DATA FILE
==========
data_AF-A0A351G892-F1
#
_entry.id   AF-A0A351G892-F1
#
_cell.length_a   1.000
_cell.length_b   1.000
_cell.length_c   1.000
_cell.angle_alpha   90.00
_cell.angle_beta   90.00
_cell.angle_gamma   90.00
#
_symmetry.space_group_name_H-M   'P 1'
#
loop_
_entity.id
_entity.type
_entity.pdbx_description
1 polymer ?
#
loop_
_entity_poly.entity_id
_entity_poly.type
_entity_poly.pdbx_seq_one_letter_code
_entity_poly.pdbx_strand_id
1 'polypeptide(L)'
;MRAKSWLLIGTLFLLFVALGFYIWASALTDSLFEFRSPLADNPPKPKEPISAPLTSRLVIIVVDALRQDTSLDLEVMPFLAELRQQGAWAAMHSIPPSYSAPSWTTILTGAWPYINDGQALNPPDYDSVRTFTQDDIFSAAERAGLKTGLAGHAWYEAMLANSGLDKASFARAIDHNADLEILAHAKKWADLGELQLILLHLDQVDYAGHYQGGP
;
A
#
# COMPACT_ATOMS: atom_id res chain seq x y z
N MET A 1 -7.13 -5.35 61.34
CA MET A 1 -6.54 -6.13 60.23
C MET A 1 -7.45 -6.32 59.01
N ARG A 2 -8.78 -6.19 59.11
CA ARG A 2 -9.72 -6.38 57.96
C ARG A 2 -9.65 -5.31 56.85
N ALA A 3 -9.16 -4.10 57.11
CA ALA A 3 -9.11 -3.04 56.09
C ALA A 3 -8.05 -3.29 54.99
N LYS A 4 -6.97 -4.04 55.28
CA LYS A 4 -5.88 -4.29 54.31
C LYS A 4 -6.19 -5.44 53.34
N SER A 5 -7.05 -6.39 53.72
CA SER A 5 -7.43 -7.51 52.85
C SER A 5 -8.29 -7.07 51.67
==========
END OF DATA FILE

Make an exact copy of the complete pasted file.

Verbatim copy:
data_AF-A0A351G892-F1
#
_entry.id   AF-A0A351G892-F1
#
_cell.length_a   1.000
_cell.length_b   1.000
_cell.length_c   1.000
_cell.angle_alpha   90.00
_cell.angle_beta   90.00
_cell.angle_gamma   90.00
#
_symmetry.space_group_name_H-M   'P 1'
#
loop_
_entity.id
_entity.type
_entity.pdbx_description
1 polymer ?
#
loop_
_entity_poly.entity_id
_entity_poly.type
_entity_poly.pdbx_seq_one_letter_code
_entity_poly.pdbx_strand_id
1 'polypeptide(L)'
;MRAKSWLLIGTLFLLFVALGFYIWASALTDSLFEFRSPLADNPPKPKEPISAPLTSRLVIIVVDALRQDTSLDLEVMPFLAELRQQGAWAAMHSIPPSYSAPSWTTILTGAWPYINDGQALNPPDYDSVRTFTQDDIFSAAERAGLKTGLAGHAWYEAMLANSGLDKASFARAIDHNADLEILAHAKKWADLGELQLILLHLDQVDYAGHYQGGP
;
A
#
# COMPACT_ATOMS: atom_id res chain seq x y z
N MET A 1 -7.13 -5.35 61.34
CA MET A 1 -6.54 -6.13 60.23
C MET A 1 -7.45 -6.32 59.01
N ARG A 2 -8.78 -6.19 59.11
CA ARG A 2 -9.72 -6.38 57.96
C ARG A 2 -9.65 -5.31 56.85
N ALA A 3 -9.16 -4.10 57.11
CA ALA A 3 -9.11 -3.04 56.09
C ALA A 3 -8.05 -3.29 54.99
N LYS A 4 -6.97 -4.04 55.28
CA LYS A 4 -5.88 -4.29 54.31
C LYS A 4 -6.19 -5.44 53.34
N SER A 5 -7.05 -6.39 53.72
CA SER A 5 -7.43 -7.51 52.85
C SER A 5 -8.29 -7.07 51.67